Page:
Yesterday Donald Trump continued his error filled tirades against Amazon and the US Postal Service, this time citing a report he claimed (falsely) had “just come out” and supported his charge that the USPS is subsidizing Amazon. Other analysts have pointed to serious flaws in the report, but now even the report’s author says it doesn’t prove what Trump claims it does:
From Business Insider:
He seems to be referring to a 2017 Citi Research report that has frequently been cited by people criticizing Amazon’s use of the USPS.
However, according to the author of the report, Trump has the wrong interpretation. “We never said Amazon is getting a $1.50 subsidy,” Citi analyst Christian Wetherbee told Business Insider on Monday in a discussion of misinterpretations of the report, which actually says the loss per package is roughly $1.46 for the USPS.
Wetherbee continued: “If you read what that number is, it’s the total package business is priced below cost. It has nothing to do with Amazon specifically.”
Source: Trump slips up in Amazon-Post Office war – Business Insider
A Chicago artist who produces what’s called “stamp art” is taking on President Trump. Continue reading
Mike Causey suggests that Donald Trump’s attacks on federal employees’ pay and benefits may galvanize employee organizations into taking united action: Continue reading
Update: On January 31 2017, the Trump regime excluded the USPS from the hiring freeze.
NBC News has posted a copy of the Trump hiring freeze executive order. The order, as reported earlier, excludes only military personnel. The order is to apply “across the board in the executive branch”. The US Postal Service, by law, is defined as an “independent establishment of the executive branch of the Government of the United States”. (As we’ve noted before, the word “independent” simply means that the USPS is not part of a cabinet department).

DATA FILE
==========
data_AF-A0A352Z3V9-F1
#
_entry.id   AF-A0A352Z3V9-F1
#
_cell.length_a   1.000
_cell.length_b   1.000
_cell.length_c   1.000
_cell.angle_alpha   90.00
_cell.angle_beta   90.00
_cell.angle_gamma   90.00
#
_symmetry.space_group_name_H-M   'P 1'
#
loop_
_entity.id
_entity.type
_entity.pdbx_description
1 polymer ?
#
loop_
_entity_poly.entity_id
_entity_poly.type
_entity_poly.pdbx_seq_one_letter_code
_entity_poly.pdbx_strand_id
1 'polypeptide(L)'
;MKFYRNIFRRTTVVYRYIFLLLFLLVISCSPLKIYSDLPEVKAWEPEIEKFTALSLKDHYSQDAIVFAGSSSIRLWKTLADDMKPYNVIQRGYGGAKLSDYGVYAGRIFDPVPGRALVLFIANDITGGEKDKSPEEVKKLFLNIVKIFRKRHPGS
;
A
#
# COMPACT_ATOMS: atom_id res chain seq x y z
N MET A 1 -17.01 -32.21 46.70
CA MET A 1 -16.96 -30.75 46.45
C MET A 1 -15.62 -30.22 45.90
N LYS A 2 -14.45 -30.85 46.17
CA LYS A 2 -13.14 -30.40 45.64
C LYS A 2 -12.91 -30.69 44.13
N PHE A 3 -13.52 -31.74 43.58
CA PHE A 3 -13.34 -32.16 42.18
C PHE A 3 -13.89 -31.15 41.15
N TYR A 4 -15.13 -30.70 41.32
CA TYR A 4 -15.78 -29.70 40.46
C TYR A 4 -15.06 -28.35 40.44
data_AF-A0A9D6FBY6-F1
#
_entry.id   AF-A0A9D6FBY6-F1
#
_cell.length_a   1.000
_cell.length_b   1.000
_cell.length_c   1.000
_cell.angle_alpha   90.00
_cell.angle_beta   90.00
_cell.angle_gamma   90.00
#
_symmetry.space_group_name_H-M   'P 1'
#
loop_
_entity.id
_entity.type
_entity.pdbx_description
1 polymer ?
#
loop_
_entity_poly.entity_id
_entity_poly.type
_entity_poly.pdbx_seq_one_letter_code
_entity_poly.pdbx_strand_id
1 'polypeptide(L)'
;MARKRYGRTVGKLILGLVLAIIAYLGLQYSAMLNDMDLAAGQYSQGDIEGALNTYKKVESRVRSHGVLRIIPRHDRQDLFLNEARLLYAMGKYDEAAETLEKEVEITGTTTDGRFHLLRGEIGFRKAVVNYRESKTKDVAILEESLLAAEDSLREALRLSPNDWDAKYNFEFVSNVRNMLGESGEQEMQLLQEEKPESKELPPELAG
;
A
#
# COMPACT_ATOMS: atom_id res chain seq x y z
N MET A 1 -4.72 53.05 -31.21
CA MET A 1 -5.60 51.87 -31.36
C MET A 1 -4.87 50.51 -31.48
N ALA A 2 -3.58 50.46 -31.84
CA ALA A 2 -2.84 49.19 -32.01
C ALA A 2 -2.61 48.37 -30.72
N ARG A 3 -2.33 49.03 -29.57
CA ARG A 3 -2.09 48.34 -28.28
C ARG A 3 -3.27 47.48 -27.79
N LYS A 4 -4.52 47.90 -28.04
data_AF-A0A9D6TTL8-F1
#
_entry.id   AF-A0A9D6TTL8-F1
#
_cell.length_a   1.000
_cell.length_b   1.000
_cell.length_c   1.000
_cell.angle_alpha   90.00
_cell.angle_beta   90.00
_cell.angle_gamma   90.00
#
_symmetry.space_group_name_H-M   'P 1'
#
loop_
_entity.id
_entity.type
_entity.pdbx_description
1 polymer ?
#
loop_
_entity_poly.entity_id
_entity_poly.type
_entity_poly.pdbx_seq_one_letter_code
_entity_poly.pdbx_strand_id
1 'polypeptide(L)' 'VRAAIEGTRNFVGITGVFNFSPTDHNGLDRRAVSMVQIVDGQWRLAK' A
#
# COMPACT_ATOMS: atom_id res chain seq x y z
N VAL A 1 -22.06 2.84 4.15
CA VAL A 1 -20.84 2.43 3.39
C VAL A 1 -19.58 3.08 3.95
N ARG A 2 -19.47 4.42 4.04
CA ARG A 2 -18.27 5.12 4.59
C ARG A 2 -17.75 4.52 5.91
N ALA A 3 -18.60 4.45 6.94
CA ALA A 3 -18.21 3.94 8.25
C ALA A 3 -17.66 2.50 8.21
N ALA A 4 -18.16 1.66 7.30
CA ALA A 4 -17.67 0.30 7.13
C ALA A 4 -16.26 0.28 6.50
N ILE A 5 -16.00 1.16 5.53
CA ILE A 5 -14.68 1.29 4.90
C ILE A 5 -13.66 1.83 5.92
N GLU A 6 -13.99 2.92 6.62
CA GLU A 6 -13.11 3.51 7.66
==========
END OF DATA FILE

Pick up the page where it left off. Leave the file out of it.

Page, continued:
The order specifically states that the freeze “applies to all executive departments and agencies regardless of the sources of their operational and programmatic funding…” The order also warns that “Contracting outside the Government to circumvent the intent of this memorandum shall not be permitted”.
There is a loophole of sorts in the order- agency heads may exempt “positions that it [sic] deems necessary to meet national security or public safety responsibilities. In addition, the Director of the Office of Personnel Management (OPM) may grant exemptions from this freeze where those exemptions are otherwise necessary”.
We haven’t seen the text of this executive order yet, or any assessment of its affect, if any, on the USPS.
From the Washington Post:
Trump instituted a governmentwide hiring freeze Monday, signing an executive order that he said would affect all employees “except for the military.” Trump had pledged to halt government hiring as part of his campaign’s “Contract with the American Voter,” which he framed as part of a larger effort to “clean up corruption and special interest in Washington D.C.” That campaign plan, however, also included exemptions for public safety and public health.
Source: Trump freezes hiring of many federal workers – The Washington Post
From the Federal Times:
Tucked in the 115th Congress’s House Rules package is a quintessential throwback measure that has unions leery of the future of federal employee jobs and salaries.
The Holman Rule is a 140-year-old measure that allows Congress to “retrench” agency spending by allowing amendments to appropriations bills affecting everything from federal employee salaries paid from the Treasury Department to the number of employees in an office. Continue reading
Something we’ll probably be seeing a lot more of now that Donald Trump has been “elected” president- a pro-Trump radio station is targeting several postal workers for exercising their rights as American citizens.
Jerry Bader, a right wing radio talk show host in Sheboygan Wisconsin, posted this on his web site, in classic Trump “fake news” fashion: Continue reading
It all started with this tweet:
I suspect that most postal workers, along with anyone who has ever cast an absentee ballot, would see that tweet and think “Well how would you do that?”
Absentee ballots are usually designed to protect the secrecy of the ballot box by u